Dakim Blog

June 2, 2009

Share your favorite books on caregiving & successful aging

Written by: Dakim

Share your favorite books related to caregiving and successful aging here:

The first book is on caregiving, written by a well-known speaker in this area who cared for her own mother who had Parkinsons and Alzheimer’s.

Enter here for a chance to win a Dakim BrainFitness System

Written by: Dakim

An unprecedented chance to win your father the gift of a lifetime. Literally.

Dad’s can live without a tie, a power tool or even a vacation. But they can’t live life to the fullest without an active and vibrant MIND. And that’s exactly what the Dakim BrainFitness System is all about. This Father’s Day, with the help of Marbles and Dakim BrainFitness, one caring son or daughter will win this state-of-the-art system for his or her Dad.

Just by telling Marbles and Dakim what makes your Dad special in 200 words or less, you might win the world’s most advanced brain fitness system for your Dad. Maybe it’s the way he can always make you laugh. The fact that he uncannily knows the answer to Final Jeopardy. Or the way he was always there to pick you up when you fell down. Literally and figuratively.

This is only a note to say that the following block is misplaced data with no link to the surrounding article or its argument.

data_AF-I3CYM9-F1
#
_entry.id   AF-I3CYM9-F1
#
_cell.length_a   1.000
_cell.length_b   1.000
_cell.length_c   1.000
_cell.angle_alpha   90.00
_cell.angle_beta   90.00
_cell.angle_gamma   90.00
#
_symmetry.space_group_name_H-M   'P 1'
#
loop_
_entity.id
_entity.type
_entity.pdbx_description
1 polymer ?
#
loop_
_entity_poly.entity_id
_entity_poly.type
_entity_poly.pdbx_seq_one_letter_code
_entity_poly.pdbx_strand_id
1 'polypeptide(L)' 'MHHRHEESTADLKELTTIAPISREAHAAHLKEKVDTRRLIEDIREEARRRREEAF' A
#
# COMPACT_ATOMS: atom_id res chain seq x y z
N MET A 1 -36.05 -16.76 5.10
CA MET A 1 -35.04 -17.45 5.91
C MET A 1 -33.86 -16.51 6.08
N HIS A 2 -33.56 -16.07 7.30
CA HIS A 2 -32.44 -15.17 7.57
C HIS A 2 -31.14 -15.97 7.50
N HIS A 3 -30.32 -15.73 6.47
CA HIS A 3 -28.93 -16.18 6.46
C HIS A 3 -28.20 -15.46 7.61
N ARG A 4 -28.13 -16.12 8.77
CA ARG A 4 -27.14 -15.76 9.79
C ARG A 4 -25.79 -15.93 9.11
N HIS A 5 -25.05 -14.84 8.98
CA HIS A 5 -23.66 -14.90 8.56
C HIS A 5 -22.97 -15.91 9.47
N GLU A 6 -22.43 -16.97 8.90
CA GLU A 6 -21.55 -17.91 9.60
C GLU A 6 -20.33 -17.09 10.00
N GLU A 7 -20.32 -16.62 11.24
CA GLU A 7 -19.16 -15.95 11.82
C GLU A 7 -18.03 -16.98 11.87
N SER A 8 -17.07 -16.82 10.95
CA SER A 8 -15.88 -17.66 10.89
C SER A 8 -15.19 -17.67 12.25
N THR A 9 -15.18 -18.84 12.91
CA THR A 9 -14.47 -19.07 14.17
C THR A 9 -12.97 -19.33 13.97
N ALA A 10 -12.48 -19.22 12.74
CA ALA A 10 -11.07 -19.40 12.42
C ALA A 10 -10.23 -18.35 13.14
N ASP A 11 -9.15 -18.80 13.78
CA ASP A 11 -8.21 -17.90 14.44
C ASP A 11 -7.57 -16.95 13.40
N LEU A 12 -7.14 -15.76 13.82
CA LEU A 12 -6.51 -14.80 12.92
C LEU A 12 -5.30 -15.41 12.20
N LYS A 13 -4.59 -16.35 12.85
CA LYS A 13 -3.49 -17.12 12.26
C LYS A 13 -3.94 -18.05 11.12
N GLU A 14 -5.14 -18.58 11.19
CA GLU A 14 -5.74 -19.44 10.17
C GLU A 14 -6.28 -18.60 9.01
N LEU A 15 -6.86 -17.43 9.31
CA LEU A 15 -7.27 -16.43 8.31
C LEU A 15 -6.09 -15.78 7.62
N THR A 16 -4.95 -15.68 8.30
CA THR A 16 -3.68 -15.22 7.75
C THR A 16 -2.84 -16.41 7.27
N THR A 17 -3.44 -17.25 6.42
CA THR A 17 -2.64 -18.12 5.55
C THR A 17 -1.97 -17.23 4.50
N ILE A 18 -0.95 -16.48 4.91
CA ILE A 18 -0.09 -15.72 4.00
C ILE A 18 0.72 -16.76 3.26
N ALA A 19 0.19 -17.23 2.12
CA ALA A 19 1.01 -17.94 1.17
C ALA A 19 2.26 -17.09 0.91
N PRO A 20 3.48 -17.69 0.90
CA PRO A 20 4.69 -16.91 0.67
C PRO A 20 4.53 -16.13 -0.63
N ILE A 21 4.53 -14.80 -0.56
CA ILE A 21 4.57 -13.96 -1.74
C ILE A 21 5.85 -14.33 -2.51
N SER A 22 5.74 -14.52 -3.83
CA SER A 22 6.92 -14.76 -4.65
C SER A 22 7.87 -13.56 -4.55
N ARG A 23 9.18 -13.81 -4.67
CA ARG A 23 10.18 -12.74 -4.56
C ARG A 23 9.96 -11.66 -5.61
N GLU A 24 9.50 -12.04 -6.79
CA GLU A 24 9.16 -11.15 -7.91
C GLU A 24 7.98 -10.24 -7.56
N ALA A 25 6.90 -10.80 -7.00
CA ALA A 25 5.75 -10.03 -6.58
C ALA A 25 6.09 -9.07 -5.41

Dakim BrainFitness is the only brain fitness system with brain games specifically designed to be engaging and exciting to people who remember life before television! This makes daily brain “workouts” not only stimulating, but incredibly fun.

Enter the contest by clicking here.

2 new blogs sponsored by Dakim

Written by: Dakim

Have you had a chance to visit 2 new blogs supported by Dakim?

1) This blog written is by a caregiver (mom has alzheimer’s) who has first-hand experience and is a well-known speaker in this area:

2) This blog is on aging successfully with great ideas and tips:

Share the fitness websites you love

Written by: Dakim

Share the brain fitness, physical fitness and related websites that you love most.
Reply to this on-going discussion with links to engaging and useful websites.

Share what you love and read what others find useful here:

May 29, 2009